Taylor Swift sent fans and critics into a frenzy on Sunday night when she went to Instagram to download a passionate statement about the upcoming midterm elections. In the post, Swift offered support to the Tennessee Democratic candidates, Phil Bredesen, for the Senate and Jim Cooper, for the House of Representatives, adding that the voting record of Republican Marsha "scares and terrifies her."
Social networks were quickly divided into two sides by evaluating the unexpected jump from the mega star to the political struggle: #betterlatethannever and #toolittletoolate. I am neither.
Both fields imply that celebrities owe us an explanation of their policy. And while it's certainly inspiring when the stars use their massive platform to support a cause, it's not a job requirement. In fact, this idea that pop stars should talk about politics is still relatively new.
The candidacies of President George W. Bush and his subsequent re-election were publicly challenged by the mega-stars of the era such as Christina Aguilera, Usher and Jessica Simpson, and were not put on by their silence during the Iraq War. When the stars spoke, he found the controversy. See: The Dixie Chicks. After criticizing Bush in the run-up to the invasion of Iraq, his songs were extracted from the national radio, with a station in Kansas City, Missouri, even organizing a party in which critics were encouraged to send the CDs and the concert tickets of the group to the garbage dumps.
Kanye West also, whose current policy has inspired his own excess of pieces of thought, found himself in the middle of a media circus after proclaiming that "George Bush does not care about blacks" during a television broadcast of relief from Hurricane Katrina.
On the opposite side, Britney Spears was infuriated by making a rather mild, if positive, statement about Bush: "Honestly, I think we should trust our president with every decision he makes," the then-22-year-old said in a clip. on CNN that was presented later on Michael Moore Fahrenheit 9/11. The conspiracy theorists came to question whether the star was on the government's payroll.
In less than two decades, attitudes have changed completely and pop stars are expected to take a stand. Everyone, from Adele to JAY-Z and Madonna, joined behind Hillary Clinton during the 2016 election, and stars who rarely open up about politics, such as Rihanna, Selena Gomez and Drake, have criticized Donald Trump for some form since he took office. This made Taylor, who remained silent with her politics, an easy target, several condemned her silence and some came to accuse her of being a Trump supporter or, without merit, of a white supremacy.
While critics will still complain that he is late for the game, this particular backing could not be more flawless. The chorus of celebrities who spoke about Trump was not enough to prevent him from taking the presidency; the combined power of Beyonce, Marc Anthony, Lady Gaga, Justin Timberlake, Snoop Dogg and Demi Lovato did not tip the balance for Clinton. Taylor is undoubtedly influential, but his voice would surely have mixed with the rest.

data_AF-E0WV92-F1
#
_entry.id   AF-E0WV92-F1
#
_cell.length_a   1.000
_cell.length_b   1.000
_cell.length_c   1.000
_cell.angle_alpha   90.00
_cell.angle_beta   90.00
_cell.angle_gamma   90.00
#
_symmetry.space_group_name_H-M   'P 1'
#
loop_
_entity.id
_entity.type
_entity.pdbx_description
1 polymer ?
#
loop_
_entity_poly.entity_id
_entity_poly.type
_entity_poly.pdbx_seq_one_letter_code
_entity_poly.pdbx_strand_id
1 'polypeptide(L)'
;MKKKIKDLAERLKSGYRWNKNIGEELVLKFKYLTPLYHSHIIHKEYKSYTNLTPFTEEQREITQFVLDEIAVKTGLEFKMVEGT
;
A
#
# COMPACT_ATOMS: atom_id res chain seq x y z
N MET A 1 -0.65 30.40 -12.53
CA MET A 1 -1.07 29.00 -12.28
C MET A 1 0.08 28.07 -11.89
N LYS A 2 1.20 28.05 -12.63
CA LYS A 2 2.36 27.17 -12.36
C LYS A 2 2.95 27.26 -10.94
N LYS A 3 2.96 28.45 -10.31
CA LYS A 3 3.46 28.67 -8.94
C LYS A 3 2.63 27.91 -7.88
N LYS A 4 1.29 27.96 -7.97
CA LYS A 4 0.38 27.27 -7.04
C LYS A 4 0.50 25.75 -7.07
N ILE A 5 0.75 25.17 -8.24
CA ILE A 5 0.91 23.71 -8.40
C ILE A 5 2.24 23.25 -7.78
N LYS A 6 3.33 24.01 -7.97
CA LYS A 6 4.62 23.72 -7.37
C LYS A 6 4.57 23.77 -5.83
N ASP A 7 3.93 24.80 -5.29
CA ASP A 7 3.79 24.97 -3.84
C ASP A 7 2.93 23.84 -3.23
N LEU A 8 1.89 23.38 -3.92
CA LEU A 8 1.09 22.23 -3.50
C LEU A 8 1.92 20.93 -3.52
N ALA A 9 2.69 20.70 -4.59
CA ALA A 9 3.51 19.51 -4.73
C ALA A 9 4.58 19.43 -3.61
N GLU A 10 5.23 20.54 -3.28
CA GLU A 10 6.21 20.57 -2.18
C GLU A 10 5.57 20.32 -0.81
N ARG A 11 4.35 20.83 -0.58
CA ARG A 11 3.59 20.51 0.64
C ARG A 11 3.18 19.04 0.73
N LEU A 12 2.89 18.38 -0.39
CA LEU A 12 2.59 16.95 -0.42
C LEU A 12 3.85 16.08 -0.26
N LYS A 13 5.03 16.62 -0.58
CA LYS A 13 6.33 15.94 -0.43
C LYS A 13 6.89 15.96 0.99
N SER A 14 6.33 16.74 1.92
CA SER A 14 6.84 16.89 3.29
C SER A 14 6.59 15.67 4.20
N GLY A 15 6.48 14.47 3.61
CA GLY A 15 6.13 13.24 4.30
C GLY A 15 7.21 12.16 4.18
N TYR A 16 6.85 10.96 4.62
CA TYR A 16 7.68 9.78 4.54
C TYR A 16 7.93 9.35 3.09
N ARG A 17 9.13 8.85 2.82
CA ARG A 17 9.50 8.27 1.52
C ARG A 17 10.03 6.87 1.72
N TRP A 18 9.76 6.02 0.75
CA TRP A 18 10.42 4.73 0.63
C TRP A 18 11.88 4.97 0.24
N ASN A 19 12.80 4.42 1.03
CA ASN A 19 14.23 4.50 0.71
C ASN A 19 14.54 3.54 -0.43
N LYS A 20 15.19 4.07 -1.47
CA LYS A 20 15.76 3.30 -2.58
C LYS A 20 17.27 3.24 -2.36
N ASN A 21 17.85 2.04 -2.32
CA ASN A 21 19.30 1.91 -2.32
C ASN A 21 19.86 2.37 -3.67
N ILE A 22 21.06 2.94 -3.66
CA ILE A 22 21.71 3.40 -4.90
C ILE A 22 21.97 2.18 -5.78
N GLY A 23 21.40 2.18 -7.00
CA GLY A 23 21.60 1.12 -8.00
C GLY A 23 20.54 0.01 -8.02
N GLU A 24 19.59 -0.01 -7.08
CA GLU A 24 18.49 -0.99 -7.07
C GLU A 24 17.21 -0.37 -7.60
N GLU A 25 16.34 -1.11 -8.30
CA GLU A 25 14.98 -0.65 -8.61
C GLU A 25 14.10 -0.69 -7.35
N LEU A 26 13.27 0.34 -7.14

Instead, he kept his superpower headlines for a less bustling occasion (but still important!), Forcing every major media outlet to cover the next Tennessee mid-term race, and inspiring a huge wave of registration votes. voters (more than 65,000 people registered to vote in the 24-hour period after Swift's publication in accordance with Vote.org.) It was also the second busiest day of the year on the site, after National Voter Registration Day on September 25th.
The publication of Swift is also remarkable in its thoroughness. Instead of copying and pasting a hashtag to appease the awakened trolls, Taylor exposed her beliefs in a detailed, well-researched, and clearly detailed message that was impossible to misinterpret. "I believe in the fight for LGBTQ rights, and that any form of discrimination based on sexual orientation or gender is INCORRECT," Swift said in the Instagram post. "I think the systemic racism that we still see in this country towards people of color is frightening, disgusting and prevalent. "I can not vote for someone who is not willing to fight for the dignity of ALL Americans, regardless of the color of their skin, sex or who they love."
He also encouraged fans to do their own homework by selecting a candidate that best fits their values and regretted that "we may never find a candidate or party with whom we 100% agree on each issue, but we have to vote anyway. " The latter is especially important, since liberal-minded people learned two years ago.
According to an NBC News / GenForward poll from the end of August, only 55 percent of millennials say they will probably or definitely vote in November. A quarter says they are not sure if they will go to the polls or not, and 19 percent say they probably or definitely will not vote. These low numbers are especially discouraging, given that 59 percent of millennials would prefer that Democrats take control of Congress mid-term, and only 16 percent approve how Congress is managing their work.
In essence, young voters want changes but are not inspired to go to the polls. Will Taylor be the breath they needed? "To the extent that celebrities can make a difference, she's the one who can," said Anthony Nownes, a professor of political science at the University of Tennessee. Billboard.
Taking into account Vote.org's data (of the 5,183 new records in Tennessee so far this month, at least 2,144 arrived within 36 hours of Swift's publication), it appears that Taylor's foray into the world of the policy was timely.